Investor demographics and their engagement preferences are also playing a growing role in this new digital mindset. The next generation of young, entrepreneurial investors is becoming an increasingly important segment for wealth management firms. With this in mind, the industry needs to adapt its engagement strategies to reflect how these ‘digital natives’ prefer to consume information. Dinners at private members clubs and rounds of golf are unlikely to be the way to engage with younger clients; these are people who travel extensively, want to access information late at night and on weekends, and prefer to communicate through instant messaging rather than formal meetings.
Implementing a digital engagement strategy that meets the needs of the new generation of wealth creators is essential from a client satisfaction perspective. However, doing so also opens up significant opportunities for wealth managers. Not only does digital engagement offer quicker and more frequent access to clients, but it also has the potential to create a rich vein of data that can be used to make more informed decisions. For example, real-time analytics could help you to identify when is the best time to engage with a client over the phone and maximise the commercial value of your conversation.
Clients are placing more value… on values
Environmental, social and ethical matters have become a global discussion point in recent years. This has meant that wealth managers have quickly had to adapt to ensure that they can satisfy both their clients’ financial and ethical goals.
Adopting ESG, however, isn’t enough. The increasing importance that today’s investors place on sustainable behaviour is mirrored in the way that they do business, as they extend this scrutiny to the way their advisors operate. This could be as simple as their approach to using technology as a way of reducing unnecessary travel for client meetings, or as complex as how they support clients in meeting their own impact investment goals.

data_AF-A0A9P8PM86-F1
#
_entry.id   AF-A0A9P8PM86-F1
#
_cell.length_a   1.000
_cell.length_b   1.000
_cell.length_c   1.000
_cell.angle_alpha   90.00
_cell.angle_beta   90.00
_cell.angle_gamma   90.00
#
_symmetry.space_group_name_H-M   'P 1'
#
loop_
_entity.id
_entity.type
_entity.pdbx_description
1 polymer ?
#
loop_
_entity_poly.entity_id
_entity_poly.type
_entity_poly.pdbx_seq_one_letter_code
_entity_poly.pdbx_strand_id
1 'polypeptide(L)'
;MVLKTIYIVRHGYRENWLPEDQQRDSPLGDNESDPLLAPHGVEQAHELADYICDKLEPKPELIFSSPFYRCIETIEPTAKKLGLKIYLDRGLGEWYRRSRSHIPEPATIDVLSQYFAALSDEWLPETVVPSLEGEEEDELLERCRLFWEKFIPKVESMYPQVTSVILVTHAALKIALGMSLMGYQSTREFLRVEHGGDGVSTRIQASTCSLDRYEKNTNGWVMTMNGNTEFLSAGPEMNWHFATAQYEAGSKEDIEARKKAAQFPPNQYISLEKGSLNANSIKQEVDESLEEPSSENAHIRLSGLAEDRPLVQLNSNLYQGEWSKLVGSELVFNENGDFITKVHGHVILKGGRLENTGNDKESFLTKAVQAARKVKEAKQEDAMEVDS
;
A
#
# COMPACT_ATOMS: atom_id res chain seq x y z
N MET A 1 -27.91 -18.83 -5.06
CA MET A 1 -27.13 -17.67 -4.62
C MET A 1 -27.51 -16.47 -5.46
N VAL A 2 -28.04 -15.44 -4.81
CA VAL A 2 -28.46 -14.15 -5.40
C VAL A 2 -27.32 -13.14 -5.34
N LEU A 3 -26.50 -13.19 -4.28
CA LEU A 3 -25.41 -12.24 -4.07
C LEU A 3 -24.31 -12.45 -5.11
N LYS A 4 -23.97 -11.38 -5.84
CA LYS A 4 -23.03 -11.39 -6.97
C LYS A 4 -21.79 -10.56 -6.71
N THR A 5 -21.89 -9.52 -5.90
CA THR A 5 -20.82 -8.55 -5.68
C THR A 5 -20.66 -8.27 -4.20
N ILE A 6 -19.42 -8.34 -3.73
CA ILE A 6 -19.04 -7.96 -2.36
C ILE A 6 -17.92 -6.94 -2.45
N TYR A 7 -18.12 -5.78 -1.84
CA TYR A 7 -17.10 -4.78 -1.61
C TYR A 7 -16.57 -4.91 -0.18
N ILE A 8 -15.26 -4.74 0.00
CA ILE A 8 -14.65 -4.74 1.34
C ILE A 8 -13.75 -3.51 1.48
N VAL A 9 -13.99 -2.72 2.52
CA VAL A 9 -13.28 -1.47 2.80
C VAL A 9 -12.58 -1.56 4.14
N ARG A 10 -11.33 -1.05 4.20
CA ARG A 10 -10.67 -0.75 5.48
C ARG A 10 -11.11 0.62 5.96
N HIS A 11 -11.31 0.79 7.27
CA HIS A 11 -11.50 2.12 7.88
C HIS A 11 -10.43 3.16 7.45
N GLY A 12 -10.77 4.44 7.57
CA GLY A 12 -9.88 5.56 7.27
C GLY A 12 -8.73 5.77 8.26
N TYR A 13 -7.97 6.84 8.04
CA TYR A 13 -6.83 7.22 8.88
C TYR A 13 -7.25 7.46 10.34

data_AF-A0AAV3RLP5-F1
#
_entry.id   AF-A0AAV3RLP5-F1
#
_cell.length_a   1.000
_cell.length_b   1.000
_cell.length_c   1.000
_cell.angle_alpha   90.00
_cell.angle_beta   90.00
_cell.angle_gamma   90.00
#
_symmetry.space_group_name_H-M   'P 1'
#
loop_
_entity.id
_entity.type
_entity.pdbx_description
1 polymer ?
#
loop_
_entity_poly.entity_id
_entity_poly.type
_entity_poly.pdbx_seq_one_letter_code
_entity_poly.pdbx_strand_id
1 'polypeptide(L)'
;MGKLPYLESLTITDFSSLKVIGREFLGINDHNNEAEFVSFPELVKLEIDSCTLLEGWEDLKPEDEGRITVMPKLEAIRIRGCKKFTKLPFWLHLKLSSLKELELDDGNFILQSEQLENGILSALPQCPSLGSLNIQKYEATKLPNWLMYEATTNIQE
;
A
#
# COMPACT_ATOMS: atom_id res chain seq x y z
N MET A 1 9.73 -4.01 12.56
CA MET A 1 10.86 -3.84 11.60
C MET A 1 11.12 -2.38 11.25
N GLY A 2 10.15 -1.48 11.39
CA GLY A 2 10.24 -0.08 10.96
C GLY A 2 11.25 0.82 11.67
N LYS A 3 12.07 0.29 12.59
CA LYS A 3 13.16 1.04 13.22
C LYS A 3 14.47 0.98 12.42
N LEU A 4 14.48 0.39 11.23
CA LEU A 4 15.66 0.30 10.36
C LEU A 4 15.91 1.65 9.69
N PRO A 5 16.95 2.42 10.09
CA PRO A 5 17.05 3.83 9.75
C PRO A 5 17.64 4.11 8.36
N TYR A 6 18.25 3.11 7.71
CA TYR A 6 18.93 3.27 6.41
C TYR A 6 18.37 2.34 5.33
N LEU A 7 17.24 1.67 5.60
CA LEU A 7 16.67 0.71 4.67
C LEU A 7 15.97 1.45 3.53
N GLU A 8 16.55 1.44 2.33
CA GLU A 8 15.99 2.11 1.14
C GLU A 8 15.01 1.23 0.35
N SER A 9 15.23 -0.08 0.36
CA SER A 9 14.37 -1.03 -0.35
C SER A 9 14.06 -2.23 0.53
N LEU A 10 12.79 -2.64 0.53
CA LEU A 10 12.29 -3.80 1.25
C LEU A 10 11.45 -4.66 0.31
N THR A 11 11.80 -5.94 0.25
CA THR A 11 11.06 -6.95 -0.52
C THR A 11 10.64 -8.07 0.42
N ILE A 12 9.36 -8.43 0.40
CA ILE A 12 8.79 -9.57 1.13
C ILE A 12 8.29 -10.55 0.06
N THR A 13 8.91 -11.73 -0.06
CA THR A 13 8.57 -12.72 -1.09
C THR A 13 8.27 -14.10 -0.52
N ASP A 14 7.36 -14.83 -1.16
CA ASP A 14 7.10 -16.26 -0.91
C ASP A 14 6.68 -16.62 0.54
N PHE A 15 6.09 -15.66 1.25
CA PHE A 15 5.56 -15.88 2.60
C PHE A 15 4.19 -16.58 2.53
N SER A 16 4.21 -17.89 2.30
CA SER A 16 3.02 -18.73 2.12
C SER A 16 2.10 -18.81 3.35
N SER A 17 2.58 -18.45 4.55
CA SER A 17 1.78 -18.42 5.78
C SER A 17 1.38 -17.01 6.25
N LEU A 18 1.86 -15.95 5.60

EY report that 63% of UK wealth clients have sustainability goals, but only 44% believe that these goals are understood by their advisors. Closing this gap will be an important challenge for wealth managers given that clients have an increasing expectancy that their advisors will be able to support them in meeting these objectives.
Perhaps most pertinently, a more integrated use of technology offers the opportunity for wealth managers to service each of these client concerns more effectively. While the move from traditional, manual operations to tech-driven automation will not be painless, advisors cannot deny that clients expect the transition to arrive sooner rather than later. And for wealth managers, the increasing use of technology promises to personalise service delivery and create greater opportunities for insight-led decision making, both of which should result in commercial benefits. One thing is clear – wealth managers that fail to adapt will be left behind in an increasingly competitive and tech-enabled sector.